What it's really like to be a digital nomad

You know those digital nomads who are on never-ending vacations? Yeah, they don't exist.

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For example, I'm currently renting a small studio in Sparta. It's much smaller and simpler than any place I've owned or rented in America. Yet it's a perfect place to live for three months. Why? Because it's new to us!

Last night, we had the most fantastic meal at a nearby taverna, a traditional family-owned neighborhood restaurant. To the locals, the restaurant is no big deal. But to us, it was fantastic.

And that's the secret sauce of digital nomad living: What's ordinary for locals can be the experience of a lifetime for visitors. And when you're a digital nomad, you're always a visitor.

What's not so great about being a digital nomad

The worst thing about being a digital nomad is that nobody understands what you're doing. Friends and colleagues treat you like you're on Mars, even when you're available (as I am) via the same phone number, same email address and same social network. Location doesn't matter anymore, but you've got to work really hard to remind people of that.

Plus, there are situations when paying bills, getting things shipped, interacting with various companies and government agencies grind to a halt because you don't fit into their pre-existing categories. They need a home address. They require you to pick something up in person. They need you to send a fax.

Another chronic problem is with the dreaded (Schengen Area, a collection of 26 mostly European countries that act as a single entity for visitor limits.

You can stay for three months for each six-month period in the whole Shengen Area before you become an illegal visitor.

So, for example, if you want to stay in France, Spain and then Germany for two months in each country, you'll be lucky to escape from Spain without a big fine. And they won't let you into Germany at all, because you violated your three-month Shengen time period.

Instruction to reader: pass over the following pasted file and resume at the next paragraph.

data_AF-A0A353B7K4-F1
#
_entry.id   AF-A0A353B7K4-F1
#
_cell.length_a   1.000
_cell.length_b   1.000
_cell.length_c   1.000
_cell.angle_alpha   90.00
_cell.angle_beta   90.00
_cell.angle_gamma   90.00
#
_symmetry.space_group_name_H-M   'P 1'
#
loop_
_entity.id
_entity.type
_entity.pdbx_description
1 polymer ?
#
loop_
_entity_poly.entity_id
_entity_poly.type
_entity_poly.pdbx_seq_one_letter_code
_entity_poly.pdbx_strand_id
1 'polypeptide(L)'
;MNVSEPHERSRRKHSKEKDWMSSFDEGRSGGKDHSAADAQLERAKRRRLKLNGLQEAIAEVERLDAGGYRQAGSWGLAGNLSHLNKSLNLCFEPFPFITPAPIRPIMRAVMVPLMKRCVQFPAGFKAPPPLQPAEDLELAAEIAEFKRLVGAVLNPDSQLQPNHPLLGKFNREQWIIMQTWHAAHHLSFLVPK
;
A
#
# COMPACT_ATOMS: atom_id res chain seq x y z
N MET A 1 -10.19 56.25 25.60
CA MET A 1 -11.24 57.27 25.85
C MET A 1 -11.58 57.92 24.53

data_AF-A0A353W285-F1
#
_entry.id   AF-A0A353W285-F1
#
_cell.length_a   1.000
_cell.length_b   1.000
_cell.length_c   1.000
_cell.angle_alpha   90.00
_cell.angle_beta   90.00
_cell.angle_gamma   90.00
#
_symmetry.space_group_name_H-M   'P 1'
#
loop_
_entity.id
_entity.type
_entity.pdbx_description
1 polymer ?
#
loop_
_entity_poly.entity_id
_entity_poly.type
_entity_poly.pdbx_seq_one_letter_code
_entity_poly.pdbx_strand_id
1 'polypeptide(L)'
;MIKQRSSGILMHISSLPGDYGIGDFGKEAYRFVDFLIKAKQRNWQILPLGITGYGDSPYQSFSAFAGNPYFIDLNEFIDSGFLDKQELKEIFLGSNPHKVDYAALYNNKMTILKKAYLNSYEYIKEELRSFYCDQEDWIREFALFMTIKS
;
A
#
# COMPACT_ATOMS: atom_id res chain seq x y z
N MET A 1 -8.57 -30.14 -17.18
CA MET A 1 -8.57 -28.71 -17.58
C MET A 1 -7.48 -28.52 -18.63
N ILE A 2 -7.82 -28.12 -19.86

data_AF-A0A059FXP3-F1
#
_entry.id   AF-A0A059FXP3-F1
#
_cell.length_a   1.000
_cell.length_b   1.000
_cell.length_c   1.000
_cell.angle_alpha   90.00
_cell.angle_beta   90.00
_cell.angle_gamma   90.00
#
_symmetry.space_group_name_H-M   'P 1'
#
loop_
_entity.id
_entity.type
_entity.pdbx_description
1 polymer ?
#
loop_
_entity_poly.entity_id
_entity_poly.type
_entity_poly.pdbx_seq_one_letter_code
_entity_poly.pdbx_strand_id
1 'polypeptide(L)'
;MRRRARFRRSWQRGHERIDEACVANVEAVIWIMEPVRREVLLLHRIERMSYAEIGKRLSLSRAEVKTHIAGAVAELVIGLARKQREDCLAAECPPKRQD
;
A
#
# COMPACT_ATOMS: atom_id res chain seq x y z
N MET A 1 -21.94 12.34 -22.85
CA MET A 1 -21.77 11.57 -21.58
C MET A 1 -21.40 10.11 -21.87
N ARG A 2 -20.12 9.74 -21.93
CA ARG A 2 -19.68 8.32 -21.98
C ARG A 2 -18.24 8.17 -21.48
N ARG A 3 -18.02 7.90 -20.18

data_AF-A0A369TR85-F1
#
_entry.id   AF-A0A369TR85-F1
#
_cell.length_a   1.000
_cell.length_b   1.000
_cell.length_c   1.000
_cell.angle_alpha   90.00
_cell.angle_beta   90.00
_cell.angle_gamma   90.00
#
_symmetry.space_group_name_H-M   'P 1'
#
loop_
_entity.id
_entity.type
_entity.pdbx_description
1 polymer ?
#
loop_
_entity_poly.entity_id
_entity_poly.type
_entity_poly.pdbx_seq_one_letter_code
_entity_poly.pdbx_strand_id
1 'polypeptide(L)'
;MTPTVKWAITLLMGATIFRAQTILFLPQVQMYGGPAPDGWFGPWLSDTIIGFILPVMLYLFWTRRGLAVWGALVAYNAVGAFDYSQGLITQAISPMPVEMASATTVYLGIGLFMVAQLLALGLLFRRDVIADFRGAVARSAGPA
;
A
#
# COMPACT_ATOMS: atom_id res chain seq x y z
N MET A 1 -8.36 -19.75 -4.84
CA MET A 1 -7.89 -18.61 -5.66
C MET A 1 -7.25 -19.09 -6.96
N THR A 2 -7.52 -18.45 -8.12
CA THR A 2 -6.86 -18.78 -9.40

In fact, you may be banned from Germany and the rest of Europe for up to five years. Your passport can even be stamped "illegal immigrant." That's not what you want on your passport when your plan is to enter a new country several times a year.

So Europe-loving digital nomads have to leave Europe after three months and live somewhere else for at least three more months before coming back to Europe.

Violating Shengen stay requirements is just one of many ways to screw yourself as a digital nomad.

Short-term accommodation sites like AirBnB have a dirty little secret that nobody talks about: Honesty can get you blacklisted.

You'll notice that nearly all the reviews of places to stay on AirBnB are positive. Why? Because if you post a negative review, the host is likely to post a negative review about you in retaliation. And once you have a negative review as a guest, nobody will rent to you. So if you use AirBnB, you must never be honest about a bad experience or you risk being blacklisted forever.

AirBnB guests naive enough to tell the truth have been excluded from participation. As a result, the reviews are useless, and every AirBnB experience is a roll of the dice.

When you're a digital nomad, you're cut off from many of the online services available to Americans in the United States. Amazon.com, Pandora and all the other streaming music services, Netflix and other video sites are simply blocked abroad.

Amazon will ship only to the country where your credit card is based. Content streaming services are for specific countries and regions only. You don't realize how great these services are until you're no longer allowed to use them.

If it sounds like I'm complaining, I'm not. Living as a digital nomad is the coolest thing I've ever done. But the reality of the lifestyle is far different from the shallow, skewed vision trotted out by the average digital nomad blog.

If you're interested in the truth about digital nomad living, circle my Google+ page, called The World Is My Office, where I'll share my real experiences, and also point you to the posts and stories by others who are also telling the truth about what it's really like to be a digital nomad.

Working near the Athenian Acropolis
Work is work, no matter where you are. But in Athens, you also get a view of the Acropolis. (Image: Mike Elgan)

Mike Elgan writes about technology and tech culture. Contact and learn more about Mike at Elgan.com, or subscribe to his free e-mail newsletter, Mike's List. You can also see more articles by Mike Elgan on Computerworld.com.

Copyright © 2012 IDG Communications, Inc.

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